Working as a student is a reality for many people, especially those studying at universities with high tuition fees like in Switzerland. Switzerland is also an overall expensive country to live in, taking into account the high living standards. Most people living there can afford it, but the story’s a little different for the international students there. The cost of living and the cost of studying in Switzerland are both issues for international students there, so most of them need to work.
The reason behind many young people working while they’re studying is quite simple. They need the money. They either have little savings to cover some of their expenses and want some extra cash, or they’re totally founding their education while working. Either way, if you don’t have a scholarship and don’t want to go into student debt, you’ll probably have to work during your studies.
No matter the reason, working has many benefits. Not only does it give you a sense of worthiness, but it also makes you more independent. Work does not only have financial benefits. It also has many psychological effects. Work helps us be happier since it helps us to build confidence and self-esteem. Having a job will also help you gain workplace skills. You learn the dynamics of working with other people, having responsibilities, and teamwork.
Working throughout your studies has some downsides. For some people, it might feel like too much having to balance work and life so early on in their career. You can feel like you are not having enough fun, like you can’t be social enough, and that you’re exhausted all the time. Working while studying is certainly something you will have to think about before you do it. If you’re doing it wrong, it might even affect your academics.
Working during your studies is not exclusively up to you. If you’re an international student at a Swiss university, there are actually some legal requirements to undertake before you get a job.
Different criteria are applied to students depending on where they come from. Students coming to Switzerland from the EU, EEA, and EFTA countries are able to work during their studies if they choose to. However, Non-EU/EEA/EFTA citizens are treated differently. They can only start working six months after starting their studies and getting a work permit.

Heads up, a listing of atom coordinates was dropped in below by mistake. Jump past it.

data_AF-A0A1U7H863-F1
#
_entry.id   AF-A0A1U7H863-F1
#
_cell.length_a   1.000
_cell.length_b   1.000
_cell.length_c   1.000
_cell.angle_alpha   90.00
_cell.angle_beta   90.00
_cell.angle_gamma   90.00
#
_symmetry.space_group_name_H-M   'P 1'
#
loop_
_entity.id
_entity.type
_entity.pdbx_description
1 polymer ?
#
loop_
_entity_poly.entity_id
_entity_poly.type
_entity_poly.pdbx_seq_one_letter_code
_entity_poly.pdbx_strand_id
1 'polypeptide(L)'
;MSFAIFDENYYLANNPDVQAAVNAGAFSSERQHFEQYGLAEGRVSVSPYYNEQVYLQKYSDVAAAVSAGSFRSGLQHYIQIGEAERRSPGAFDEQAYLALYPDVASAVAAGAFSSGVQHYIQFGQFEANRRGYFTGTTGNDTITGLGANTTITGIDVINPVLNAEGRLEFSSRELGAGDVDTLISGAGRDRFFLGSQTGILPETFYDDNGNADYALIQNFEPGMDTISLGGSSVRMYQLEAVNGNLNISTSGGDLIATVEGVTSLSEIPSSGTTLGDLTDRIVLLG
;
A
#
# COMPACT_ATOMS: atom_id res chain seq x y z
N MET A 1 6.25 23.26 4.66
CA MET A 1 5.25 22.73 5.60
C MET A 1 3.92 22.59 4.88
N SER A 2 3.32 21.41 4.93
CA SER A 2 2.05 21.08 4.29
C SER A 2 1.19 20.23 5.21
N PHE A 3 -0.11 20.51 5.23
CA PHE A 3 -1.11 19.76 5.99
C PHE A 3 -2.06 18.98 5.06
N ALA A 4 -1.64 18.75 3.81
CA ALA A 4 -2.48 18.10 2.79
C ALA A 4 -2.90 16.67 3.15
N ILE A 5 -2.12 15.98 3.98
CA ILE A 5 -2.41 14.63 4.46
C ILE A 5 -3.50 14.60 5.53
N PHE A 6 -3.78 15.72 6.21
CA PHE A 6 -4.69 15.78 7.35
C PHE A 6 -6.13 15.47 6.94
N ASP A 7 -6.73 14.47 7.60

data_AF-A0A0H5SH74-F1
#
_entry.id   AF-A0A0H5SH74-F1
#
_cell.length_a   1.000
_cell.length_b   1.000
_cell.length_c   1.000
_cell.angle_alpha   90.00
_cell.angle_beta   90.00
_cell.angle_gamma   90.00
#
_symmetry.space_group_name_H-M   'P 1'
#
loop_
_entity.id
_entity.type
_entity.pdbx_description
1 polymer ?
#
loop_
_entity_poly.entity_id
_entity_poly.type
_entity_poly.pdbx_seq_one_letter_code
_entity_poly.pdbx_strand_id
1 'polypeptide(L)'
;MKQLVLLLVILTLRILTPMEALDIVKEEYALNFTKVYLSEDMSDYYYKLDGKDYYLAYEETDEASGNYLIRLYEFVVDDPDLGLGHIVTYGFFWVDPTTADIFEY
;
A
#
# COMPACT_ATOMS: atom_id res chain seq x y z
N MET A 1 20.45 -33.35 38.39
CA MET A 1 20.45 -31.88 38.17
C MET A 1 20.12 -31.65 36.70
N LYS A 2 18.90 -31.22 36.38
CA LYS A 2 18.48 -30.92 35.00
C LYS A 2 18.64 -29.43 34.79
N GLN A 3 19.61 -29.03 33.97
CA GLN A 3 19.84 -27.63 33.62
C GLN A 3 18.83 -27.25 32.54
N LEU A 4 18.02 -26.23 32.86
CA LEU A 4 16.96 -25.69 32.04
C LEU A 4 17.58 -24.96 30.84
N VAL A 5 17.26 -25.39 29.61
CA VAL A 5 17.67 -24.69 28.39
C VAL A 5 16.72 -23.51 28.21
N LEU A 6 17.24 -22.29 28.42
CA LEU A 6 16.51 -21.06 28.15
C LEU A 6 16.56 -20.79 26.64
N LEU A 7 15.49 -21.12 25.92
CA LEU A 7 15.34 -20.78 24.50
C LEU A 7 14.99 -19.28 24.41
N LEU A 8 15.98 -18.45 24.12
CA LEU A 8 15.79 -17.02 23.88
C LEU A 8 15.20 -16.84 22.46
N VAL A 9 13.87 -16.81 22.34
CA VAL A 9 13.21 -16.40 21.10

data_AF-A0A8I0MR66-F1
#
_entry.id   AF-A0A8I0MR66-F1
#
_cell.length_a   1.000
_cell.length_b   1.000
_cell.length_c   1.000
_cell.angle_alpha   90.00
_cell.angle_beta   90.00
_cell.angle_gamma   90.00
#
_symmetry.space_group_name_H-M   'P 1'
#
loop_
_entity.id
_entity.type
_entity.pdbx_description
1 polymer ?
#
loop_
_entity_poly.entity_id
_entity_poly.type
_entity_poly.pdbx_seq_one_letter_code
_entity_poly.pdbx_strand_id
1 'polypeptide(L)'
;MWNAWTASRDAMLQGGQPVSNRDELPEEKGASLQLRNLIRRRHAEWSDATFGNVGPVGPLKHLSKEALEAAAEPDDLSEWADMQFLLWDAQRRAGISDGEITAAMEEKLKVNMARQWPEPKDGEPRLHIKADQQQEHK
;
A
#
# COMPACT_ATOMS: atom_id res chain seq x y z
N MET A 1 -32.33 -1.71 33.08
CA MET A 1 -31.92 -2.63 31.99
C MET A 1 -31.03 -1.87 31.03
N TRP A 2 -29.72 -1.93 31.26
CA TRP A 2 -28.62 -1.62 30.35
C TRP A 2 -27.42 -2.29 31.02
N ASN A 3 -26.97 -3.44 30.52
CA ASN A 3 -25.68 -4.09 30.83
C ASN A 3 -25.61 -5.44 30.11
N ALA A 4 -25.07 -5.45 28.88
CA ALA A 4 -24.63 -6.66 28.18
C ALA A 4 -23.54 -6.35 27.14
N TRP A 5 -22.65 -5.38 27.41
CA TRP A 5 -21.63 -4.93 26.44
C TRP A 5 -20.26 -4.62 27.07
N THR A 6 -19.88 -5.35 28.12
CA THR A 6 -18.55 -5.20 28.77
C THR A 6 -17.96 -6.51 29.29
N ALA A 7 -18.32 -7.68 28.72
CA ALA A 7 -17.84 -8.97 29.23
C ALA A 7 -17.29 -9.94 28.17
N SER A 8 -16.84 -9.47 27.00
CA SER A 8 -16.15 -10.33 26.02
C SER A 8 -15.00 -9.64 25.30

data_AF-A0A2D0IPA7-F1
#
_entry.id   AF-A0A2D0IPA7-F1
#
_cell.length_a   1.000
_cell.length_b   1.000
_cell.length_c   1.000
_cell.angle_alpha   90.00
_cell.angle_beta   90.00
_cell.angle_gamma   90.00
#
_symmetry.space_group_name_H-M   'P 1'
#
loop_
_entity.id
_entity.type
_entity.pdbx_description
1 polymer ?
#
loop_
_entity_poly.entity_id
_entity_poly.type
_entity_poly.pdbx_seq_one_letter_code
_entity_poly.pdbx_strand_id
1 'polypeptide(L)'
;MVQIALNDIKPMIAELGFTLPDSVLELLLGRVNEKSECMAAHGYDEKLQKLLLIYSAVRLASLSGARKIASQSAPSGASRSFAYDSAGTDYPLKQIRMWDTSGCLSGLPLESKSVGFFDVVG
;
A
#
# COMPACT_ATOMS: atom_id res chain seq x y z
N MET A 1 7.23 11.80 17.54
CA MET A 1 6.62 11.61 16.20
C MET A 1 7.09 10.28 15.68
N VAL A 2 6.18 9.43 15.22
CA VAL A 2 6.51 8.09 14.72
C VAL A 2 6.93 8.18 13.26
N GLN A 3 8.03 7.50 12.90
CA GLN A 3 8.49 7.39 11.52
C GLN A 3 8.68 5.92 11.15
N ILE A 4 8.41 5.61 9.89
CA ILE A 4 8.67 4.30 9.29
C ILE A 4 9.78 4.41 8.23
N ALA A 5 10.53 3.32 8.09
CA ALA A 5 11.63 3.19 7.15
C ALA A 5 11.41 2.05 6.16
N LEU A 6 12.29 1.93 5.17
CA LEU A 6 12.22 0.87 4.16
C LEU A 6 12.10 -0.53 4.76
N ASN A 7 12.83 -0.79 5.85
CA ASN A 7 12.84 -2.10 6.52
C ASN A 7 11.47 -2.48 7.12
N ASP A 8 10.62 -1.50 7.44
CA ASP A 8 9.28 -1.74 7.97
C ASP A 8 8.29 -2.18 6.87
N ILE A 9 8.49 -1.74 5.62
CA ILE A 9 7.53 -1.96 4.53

- International students can work up to 15 hours a week.
- During semester holidays, international students can work up to 100%.
- Students from outside the EU/EFTA countries may start working only 6 months after starting their degree program.
A few schools don’t recommend that you work during your studies, as it can distract and affect your academic work. Other schools facilitate job searches with job boards and other advisory services.
Although there is no minimum wage in Switzerland, the high living standards reflect on them as well. Depending on the sector, students working 15 hours earn CHF 1,900 to CHF 2,900.
For detailed information on your rights and status as an international student in Switzerland, contact the Federal Office for Migration.
Studying abroad comes with its challenges, and one of them is maintaining yourself financially. Sometimes, having a part-time job is necessary to get by. In Switzerland, there is a wide spectrum of part-time jobs you are able to do during your years as a student. The basic jobs in retail, restaurants, and others are an option for most students. Depending on your skills, previous experience, and what you want to do, you could choose from several jobs. The language level is also a determinator of the kind of job you get to do. If your French, German, or Italian skills are not that great, your chances of getting a job where you interact with people are low.
If your searching for a part-time job as a student, look into local newspapers, job portals, or even ask people around. The same goes for internships.